Contact:

Re: solar panel ratings

Post by mastreb » Fri Sep 02, 2011 11:51 pm

To amplify seahouse's post, it's important to remember that the energy required to accelerate a mass increases at the square of the speed, i.e., if it costs 4 watts to get to 2mph, it will cost 16 watts to get to 4 mph.

Thrust is acceleration resisted by the sum of all other forces, mostly drag and inertia. So even if you don't feel like you're accelerating, this basic scientific law applies but the curve changes from a pure square law increase to whatever the sum of all forces winds up being in your particular case. This is why going 12 knots with an ETEC-60 costs you about 3X the fuel that covering the same ground at 6 knots will cost you (the drag changes a lot between displacement and planing, so before anyone tells me I'm oversimplifying, yes, I'm over simplifying).

So while it's true that going WOT on an electrical motor that is more efficient than resisting down the power because less wattage is lost to heat, it's not going to get you farther over ground because vastly more wattage is lost to speed if that speed is not necessary.

There is some speed at which you will be losing more power to heat in the resistor that you are putting power to the motor, but hopefully that speed is vanishingly small, and hopefully the throttle clicks to off before it will let you just radiate your power to heat. Other than that effect, the slower you go with an electric motor, the longer your power will last. The optimal speed is that speed which will drain the battery just as you pull up to the recharger, with some margin for error. YMMV (literally).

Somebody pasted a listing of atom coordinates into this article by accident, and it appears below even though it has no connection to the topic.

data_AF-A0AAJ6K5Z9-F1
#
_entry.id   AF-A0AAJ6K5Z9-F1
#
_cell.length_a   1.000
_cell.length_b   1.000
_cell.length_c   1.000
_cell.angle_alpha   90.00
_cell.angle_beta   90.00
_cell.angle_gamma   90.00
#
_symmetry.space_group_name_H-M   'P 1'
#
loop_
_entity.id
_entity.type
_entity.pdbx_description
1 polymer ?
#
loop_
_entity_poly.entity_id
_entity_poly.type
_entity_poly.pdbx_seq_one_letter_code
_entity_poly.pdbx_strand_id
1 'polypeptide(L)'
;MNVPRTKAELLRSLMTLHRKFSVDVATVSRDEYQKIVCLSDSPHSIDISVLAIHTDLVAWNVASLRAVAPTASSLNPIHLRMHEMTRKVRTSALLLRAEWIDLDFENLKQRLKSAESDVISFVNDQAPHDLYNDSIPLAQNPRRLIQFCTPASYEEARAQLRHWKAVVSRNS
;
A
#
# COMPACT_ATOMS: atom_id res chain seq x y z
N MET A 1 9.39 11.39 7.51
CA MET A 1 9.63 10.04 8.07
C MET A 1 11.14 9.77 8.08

So don't go WOT thinking you'll cover more ground before your battery dies. You won't. You'll just get almost there faster.

User avatar
Catigale
Site Admin
Posts: 10363
Joined: Fri Jun 11, 2004 7:59 pm
Sailboat: MacGregor 26X
Location: Admiral .............Catigale 2002X.......Lots of Harpoon Hobie 16 Skiffs....Island 17
Contact:

Re: solar panel ratings

Post by Catigale » Sat Sep 03, 2011 5:27 am

Just to put it in perspective...you need a couple of HP minimum to move a Mac off a dock..this number applies to both gas and electric of course. 1 HP is 750 watts, so you need a 1500 watt solar panel to be solar powered completely..would double nicely as a solid spinnaker...or a siliconakker maybe? :D

K9Kampers
Admiral
Posts: 2345
Joined: Thu Apr 13, 2006 9:32 am
Sailboat: MacGregor 26X
Location: NH, 2001 MacGregor X - Tohatsu 50 / 2013 Ford F150

Re: solar panel ratings

Post by K9Kampers » Sat Sep 03, 2011 10:30 am

Catigale wrote:..would double nicely as a solid spinnaker...or a siliconakker maybe? :D
...or the solar panel that doubles nicely as a no-solar paddle!! :D

User avatar
Dawgfish
Chief Steward
Posts: 76
Joined: Sat Jul 02, 2011 6:15 pm
Sailboat: MacGregor 26X
Location: southern florida USA, aboard 1996 26x
Contact:

Re: solar panel ratings

Post by Dawgfish » Wed Sep 07, 2011 12:40 am

I was only planning on using trolling motor for "hurry up & turn" & " parallel parking " & possibly the solar paddel mentioned above!
anyone ever use a trolling motor to charge batteries while sailin by rewiring it slightly?

User avatar
2BonC
First Officer
Posts: 307
Joined: Thu Jul 17, 2008 1:02 am
Sailboat: MacGregor 26X
Location: Germany

Re: solar panel ratings

Post by 2BonC » Wed Sep 07, 2011 11:58 am

Here a picture of my solar panel to give You an idea about the size (and cost) of it:
Image
It´s a really big one and covers almost the complete sliding hatch (80 x 65 cm- I can´t give You the tech. spec., in GE it says something about 272Wh/d on a sunny day)) . However I´m quite disappointed as far as the performance is concerned.
During a bright sunny day the generated electrical power is not sufficient to operate a Lawrance Plotter, a Raymarine ST40 Wind and a Raymarine SPX5 Auto Steering system. The SPX 5 reported "Low battery" after about 4 hours of operation. So don´t exspect to much!
I must say that the panel is mounted flat (curved) on the hatch and was partially covered by the main sail.

By the way can one give me the size of the plexi-cover of a :macx: - table ? At the moment I don´t have access to my boat but I want to prepare a map to put under the plexi cover.

rainer

Post Reply